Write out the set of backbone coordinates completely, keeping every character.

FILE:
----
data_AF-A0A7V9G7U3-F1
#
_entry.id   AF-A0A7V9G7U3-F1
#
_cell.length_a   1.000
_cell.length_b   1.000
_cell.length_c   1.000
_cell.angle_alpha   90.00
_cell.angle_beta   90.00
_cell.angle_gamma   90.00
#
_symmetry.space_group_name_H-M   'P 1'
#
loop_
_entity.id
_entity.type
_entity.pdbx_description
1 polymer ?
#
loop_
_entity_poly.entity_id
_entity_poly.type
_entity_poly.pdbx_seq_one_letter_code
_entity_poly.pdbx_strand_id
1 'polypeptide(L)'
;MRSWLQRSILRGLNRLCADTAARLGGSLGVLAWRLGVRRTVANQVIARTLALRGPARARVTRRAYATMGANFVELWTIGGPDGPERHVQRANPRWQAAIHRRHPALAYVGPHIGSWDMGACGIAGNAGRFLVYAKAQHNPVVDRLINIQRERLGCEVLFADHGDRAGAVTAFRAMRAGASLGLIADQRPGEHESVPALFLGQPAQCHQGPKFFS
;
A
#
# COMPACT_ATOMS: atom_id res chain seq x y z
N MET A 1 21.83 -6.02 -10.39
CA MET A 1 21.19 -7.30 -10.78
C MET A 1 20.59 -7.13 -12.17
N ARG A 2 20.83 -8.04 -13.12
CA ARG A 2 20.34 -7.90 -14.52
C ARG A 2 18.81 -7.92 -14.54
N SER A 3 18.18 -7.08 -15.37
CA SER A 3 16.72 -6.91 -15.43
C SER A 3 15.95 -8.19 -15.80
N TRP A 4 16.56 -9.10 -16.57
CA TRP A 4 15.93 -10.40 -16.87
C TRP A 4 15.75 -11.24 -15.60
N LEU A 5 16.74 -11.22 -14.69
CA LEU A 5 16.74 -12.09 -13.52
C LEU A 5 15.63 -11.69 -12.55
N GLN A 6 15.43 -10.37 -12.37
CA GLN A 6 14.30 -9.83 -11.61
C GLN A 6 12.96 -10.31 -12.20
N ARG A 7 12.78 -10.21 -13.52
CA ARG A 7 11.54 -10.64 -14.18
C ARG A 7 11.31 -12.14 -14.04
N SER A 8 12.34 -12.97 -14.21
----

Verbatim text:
data_AF-A0A7V9G7U3-F1
#
_entry.id   AF-A0A7V9G7U3-F1
#
_cell.length_a   1.000
_cell.length_b   1.000
_cell.length_c   1.000
_cell.angle_alpha   90.00
_cell.angle_beta   90.00
_cell.angle_gamma   90.00
#
_symmetry.space_group_name_H-M   'P 1'
#
loop_
_entity.id
_entity.type
_entity.pdbx_description
1 polymer ?
#
loop_
_entity_poly.entity_id
_entity_poly.type
_entity_poly.pdbx_seq_one_letter_code
_entity_poly.pdbx_strand_id
1 'polypeptide(L)'
;MRSWLQRSILRGLNRLCADTAARLGGSLGVLAWRLGVRRTVANQVIARTLALRGPARARVTRRAYATMGANFVELWTIGGPDGPERHVQRANPRWQAAIHRRHPALAYVGPHIGSWDMGACGIAGNAGRFLVYAKAQHNPVVDRLINIQRERLGCEVLFADHGDRAGAVTAFRAMRAGASLGLIADQRPGEHESVPALFLGQPAQCHQGPKFFS
;
A
#
# COMPACT_ATOMS: atom_id res chain seq x y z
N MET A 1 21.83 -6.02 -10.39
CA MET A 1 21.19 -7.30 -10.78
C MET A 1 20.59 -7.13 -12.17
N ARG A 2 20.83 -8.04 -13.12
CA ARG A 2 20.34 -7.90 -14.52
C ARG A 2 18.81 -7.92 -14.54
N SER A 3 18.18 -7.08 -15.37
CA SER A 3 16.72 -6.91 -15.43
C SER A 3 15.95 -8.19 -15.80
N TRP A 4 16.56 -9.10 -16.57
CA TRP A 4 15.93 -10.40 -16.87
C TRP A 4 15.75 -11.24 -15.60
N LEU A 5 16.74 -11.22 -14.69
CA LEU A 5 16.74 -12.09 -13.52
C LEU A 5 15.63 -11.69 -12.55
N GLN A 6 15.43 -10.37 -12.37
CA GLN A 6 14.30 -9.83 -11.61
C GLN A 6 12.96 -10.31 -12.20
N ARG A 7 12.78 -10.21 -13.52
CA ARG A 7 11.54 -10.64 -14.18
C ARG A 7 11.31 -12.14 -14.04
N SER A 8 12.34 -12.97 -14.21